Thomas: You are standing where you are standing - imagine you are you, Mark Duggan is in front of you, the minicab would be to the left of Mark Duggan, to your right?
Thomas: What I'm saying is, for the bullet to have entered the right-hand side and to have slightly come out on the left-hand side he would have had to have been tilted towards the minicab; do you follow?
V53: I do follow, yes, sir.
Thomas: That's not what you say happened, is it?
V53: No, sir, it's not.
Thomas: You see, I'm going to suggest the science doesn't support your account at all.
At the end of the 13-week inquest, the jury concluded that Mark Duggan had been "lawfully killed".
John Tully, chairman of the Metropolitan Police Federation, said at the time: "Firearms officers are armed and trained to deal with the most serious threat to our society from criminals.
"They often have to make split-second decisions in order to protect themselves or the public in difficult circumstances.
"Their decisions are then scrutinised during a court processes (sic) which looks at the situation with the luxury of hindsight."
For some, though, it is not a luxury - it's a necessity: the only way to understand where mistakes have been made, hold people to account and ensure poor practice is changed.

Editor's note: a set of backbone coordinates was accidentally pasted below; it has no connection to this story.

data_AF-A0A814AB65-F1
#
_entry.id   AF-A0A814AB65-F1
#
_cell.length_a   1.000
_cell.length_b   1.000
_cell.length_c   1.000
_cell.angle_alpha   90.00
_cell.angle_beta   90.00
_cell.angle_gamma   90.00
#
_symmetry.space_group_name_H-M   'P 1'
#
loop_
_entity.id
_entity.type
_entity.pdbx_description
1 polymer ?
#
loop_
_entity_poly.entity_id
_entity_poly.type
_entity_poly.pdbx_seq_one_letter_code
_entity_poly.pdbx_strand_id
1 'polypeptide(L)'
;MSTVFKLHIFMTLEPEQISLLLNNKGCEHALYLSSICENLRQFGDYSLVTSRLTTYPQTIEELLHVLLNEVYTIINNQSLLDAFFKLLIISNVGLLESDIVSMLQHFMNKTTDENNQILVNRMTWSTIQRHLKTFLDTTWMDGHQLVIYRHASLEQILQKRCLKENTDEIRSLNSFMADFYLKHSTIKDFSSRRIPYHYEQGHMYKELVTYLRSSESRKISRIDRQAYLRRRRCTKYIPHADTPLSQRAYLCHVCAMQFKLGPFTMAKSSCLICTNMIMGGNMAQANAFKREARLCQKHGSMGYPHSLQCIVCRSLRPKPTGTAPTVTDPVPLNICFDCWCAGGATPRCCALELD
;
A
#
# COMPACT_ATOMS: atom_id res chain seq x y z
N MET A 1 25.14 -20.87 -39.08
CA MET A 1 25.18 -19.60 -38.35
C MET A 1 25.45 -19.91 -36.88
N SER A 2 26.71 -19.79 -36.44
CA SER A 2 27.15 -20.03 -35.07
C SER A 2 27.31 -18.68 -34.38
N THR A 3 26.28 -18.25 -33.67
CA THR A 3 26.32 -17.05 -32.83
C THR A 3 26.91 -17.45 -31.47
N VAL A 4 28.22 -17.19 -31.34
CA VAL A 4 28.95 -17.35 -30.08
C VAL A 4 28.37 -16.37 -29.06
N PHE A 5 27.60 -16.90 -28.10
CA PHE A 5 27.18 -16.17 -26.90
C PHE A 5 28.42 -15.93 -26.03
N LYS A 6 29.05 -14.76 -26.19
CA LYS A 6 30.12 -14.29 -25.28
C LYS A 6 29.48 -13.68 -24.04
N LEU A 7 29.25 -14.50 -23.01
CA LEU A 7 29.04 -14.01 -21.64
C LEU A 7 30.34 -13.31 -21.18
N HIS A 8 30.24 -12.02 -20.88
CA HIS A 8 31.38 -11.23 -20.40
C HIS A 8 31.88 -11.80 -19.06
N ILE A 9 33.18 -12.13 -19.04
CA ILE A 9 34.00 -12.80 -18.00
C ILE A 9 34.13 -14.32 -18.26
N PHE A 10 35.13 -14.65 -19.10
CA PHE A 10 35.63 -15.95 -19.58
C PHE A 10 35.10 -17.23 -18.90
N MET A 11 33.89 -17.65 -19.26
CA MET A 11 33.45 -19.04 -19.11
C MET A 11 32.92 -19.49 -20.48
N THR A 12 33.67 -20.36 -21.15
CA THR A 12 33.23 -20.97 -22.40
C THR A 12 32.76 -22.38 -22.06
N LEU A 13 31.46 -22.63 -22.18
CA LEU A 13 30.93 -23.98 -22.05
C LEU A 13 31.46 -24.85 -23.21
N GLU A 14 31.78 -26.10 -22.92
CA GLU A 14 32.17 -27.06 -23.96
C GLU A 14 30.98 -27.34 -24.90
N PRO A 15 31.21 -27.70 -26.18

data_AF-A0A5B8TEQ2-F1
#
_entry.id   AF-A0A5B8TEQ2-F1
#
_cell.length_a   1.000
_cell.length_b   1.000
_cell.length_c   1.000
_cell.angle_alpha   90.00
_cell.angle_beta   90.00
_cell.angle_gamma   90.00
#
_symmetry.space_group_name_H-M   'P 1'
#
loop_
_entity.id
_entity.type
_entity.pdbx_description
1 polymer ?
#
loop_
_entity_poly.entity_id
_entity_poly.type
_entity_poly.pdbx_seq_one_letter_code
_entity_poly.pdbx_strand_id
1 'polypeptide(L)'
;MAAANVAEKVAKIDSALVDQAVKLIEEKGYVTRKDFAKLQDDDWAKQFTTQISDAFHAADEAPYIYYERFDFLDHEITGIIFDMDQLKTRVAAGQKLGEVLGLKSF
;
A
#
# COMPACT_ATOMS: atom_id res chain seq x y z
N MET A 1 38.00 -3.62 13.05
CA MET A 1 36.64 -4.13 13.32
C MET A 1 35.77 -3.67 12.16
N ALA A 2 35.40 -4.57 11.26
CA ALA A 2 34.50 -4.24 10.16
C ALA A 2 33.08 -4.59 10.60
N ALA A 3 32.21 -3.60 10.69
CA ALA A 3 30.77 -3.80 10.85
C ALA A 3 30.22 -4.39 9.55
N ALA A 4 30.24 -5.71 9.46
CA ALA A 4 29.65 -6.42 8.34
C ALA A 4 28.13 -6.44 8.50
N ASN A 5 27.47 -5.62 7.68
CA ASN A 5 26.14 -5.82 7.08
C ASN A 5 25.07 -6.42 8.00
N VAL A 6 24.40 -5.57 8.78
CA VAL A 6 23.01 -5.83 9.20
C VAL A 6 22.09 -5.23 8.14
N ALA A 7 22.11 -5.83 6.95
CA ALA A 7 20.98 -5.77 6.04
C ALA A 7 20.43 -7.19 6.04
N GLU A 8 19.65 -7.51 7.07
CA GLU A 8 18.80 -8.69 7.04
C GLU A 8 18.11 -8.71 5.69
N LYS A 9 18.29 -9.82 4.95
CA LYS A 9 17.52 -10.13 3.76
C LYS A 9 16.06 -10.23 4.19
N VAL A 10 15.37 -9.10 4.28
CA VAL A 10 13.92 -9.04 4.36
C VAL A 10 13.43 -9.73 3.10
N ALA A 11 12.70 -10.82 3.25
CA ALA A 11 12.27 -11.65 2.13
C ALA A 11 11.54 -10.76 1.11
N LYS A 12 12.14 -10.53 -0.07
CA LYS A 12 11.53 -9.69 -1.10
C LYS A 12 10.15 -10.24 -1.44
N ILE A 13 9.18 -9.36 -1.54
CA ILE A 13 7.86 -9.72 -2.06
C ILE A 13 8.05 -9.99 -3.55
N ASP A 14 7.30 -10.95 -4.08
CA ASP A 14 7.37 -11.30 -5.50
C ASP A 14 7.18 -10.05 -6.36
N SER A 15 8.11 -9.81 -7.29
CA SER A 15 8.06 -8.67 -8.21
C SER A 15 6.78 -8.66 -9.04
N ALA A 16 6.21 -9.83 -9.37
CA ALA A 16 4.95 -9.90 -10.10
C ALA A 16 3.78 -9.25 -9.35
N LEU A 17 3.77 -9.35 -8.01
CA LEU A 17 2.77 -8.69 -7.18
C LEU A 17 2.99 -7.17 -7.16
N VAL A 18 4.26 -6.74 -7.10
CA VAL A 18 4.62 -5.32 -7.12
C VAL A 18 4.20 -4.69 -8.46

Deborah Coles, co-director of Inquest, a charity that supports the families of those who have died in custody, including the Duggan family, says hindsight helps facilitate the rigorous probing of the actions of people whose duty it is to keep us safe.
"It's fundamental: if you don't look back, how can you move forward?" she says.
"These individuals have to be accountable for their conduct and you sign up to it when you take on that role."
According to Ms Coles, the problem with using hindsight arises when investigations into deaths at the hands of the state aren't put into the wider social and political context of resources and work pressures. The findings shouldn't be "isolated from the reality of the environment in which people are working", she says.
For Mike Tongue, the former Chief Constable of Gwent Police, the danger of hindsight comes with examining decisions in very old cases, when policing standards, attitudes and training were different to the present day, though he believes the reviewing bodies generally get the balance right.
He acknowledges, however, the strain that interrogation can put on officers who make "life and death decisions".
"It is difficult for firearm officers. They know their decisions will be pored over and reviewed.
"I feel sympathy for these people, when people are put under very, very stressful circumstances."
But Mr Tongue, who was once the policing lead in England and Wales on firearms and public order, believes hindsight has enabled important improvements to be made in police procedures, for example the use by officers of potentially dangerous techniques to restrain suspects.
In the absence of an alternative, hindsight remains the main tool for reviewing critical incidents - but we shouldn't forget that it has its imperfections.